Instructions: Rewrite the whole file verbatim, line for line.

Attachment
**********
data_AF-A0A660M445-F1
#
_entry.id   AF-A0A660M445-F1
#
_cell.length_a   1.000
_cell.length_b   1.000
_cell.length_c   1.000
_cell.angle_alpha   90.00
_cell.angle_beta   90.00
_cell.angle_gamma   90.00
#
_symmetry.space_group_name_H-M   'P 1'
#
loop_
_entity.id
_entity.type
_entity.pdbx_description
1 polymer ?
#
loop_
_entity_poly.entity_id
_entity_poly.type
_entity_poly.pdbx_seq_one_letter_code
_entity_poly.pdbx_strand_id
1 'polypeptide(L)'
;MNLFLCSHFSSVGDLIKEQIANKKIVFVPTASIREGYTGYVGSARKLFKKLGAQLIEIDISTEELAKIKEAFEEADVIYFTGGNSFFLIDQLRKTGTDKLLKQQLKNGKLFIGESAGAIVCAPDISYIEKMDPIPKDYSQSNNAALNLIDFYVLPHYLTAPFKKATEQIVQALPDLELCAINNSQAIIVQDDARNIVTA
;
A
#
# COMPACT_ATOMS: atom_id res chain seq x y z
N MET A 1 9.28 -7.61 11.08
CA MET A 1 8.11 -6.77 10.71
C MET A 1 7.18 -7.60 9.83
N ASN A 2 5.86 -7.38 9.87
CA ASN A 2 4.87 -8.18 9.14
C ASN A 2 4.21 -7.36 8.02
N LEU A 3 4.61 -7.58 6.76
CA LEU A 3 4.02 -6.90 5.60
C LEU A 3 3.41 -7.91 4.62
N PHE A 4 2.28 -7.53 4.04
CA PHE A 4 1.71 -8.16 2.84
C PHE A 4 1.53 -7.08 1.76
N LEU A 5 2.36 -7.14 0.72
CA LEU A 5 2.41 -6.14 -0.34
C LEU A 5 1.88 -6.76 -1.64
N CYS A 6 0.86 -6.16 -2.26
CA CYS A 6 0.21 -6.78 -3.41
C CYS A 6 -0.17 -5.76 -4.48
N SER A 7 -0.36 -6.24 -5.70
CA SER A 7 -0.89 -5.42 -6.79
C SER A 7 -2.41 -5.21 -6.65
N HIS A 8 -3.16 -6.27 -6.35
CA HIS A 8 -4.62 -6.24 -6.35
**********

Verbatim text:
data_AF-A0A660M445-F1
#
_entry.id   AF-A0A660M445-F1
#
_cell.length_a   1.000
_cell.length_b   1.000
_cell.length_c   1.000
_cell.angle_alpha   90.00
_cell.angle_beta   90.00
_cell.angle_gamma   90.00
#
_symmetry.space_group_name_H-M   'P 1'
#
loop_
_entity.id
_entity.type
_entity.pdbx_description
1 polymer ?
#
loop_
_entity_poly.entity_id
_entity_poly.type
_entity_poly.pdbx_seq_one_letter_code
_entity_poly.pdbx_strand_id
1 'polypeptide(L)'
;MNLFLCSHFSSVGDLIKEQIANKKIVFVPTASIREGYTGYVGSARKLFKKLGAQLIEIDISTEELAKIKEAFEEADVIYFTGGNSFFLIDQLRKTGTDKLLKQQLKNGKLFIGESAGAIVCAPDISYIEKMDPIPKDYSQSNNAALNLIDFYVLPHYLTAPFKKATEQIVQALPDLELCAINNSQAIIVQDDARNIVTA
;
A
#
# COMPACT_ATOMS: atom_id res chain seq x y z
N MET A 1 9.28 -7.61 11.08
CA MET A 1 8.11 -6.77 10.71
C MET A 1 7.18 -7.60 9.83
N ASN A 2 5.86 -7.38 9.87
CA ASN A 2 4.87 -8.18 9.14
C ASN A 2 4.21 -7.36 8.02
N LEU A 3 4.61 -7.58 6.76
CA LEU A 3 4.02 -6.90 5.60
C LEU A 3 3.41 -7.91 4.62
N PHE A 4 2.28 -7.53 4.04
CA PHE A 4 1.71 -8.16 2.84
C PHE A 4 1.53 -7.08 1.76
N LEU A 5 2.36 -7.14 0.72
CA LEU A 5 2.41 -6.14 -0.34
C LEU A 5 1.88 -6.76 -1.64
N CYS A 6 0.86 -6.16 -2.26
CA CYS A 6 0.21 -6.78 -3.41
C CYS A 6 -0.17 -5.76 -4.48
N SER A 7 -0.36 -6.24 -5.70
CA SER A 7 -0.89 -5.42 -6.79
C SER A 7 -2.41 -5.21 -6.65
N HIS A 8 -3.16 -6.27 -6.35
CA HIS A 8 -4.62 -6.24 -6.35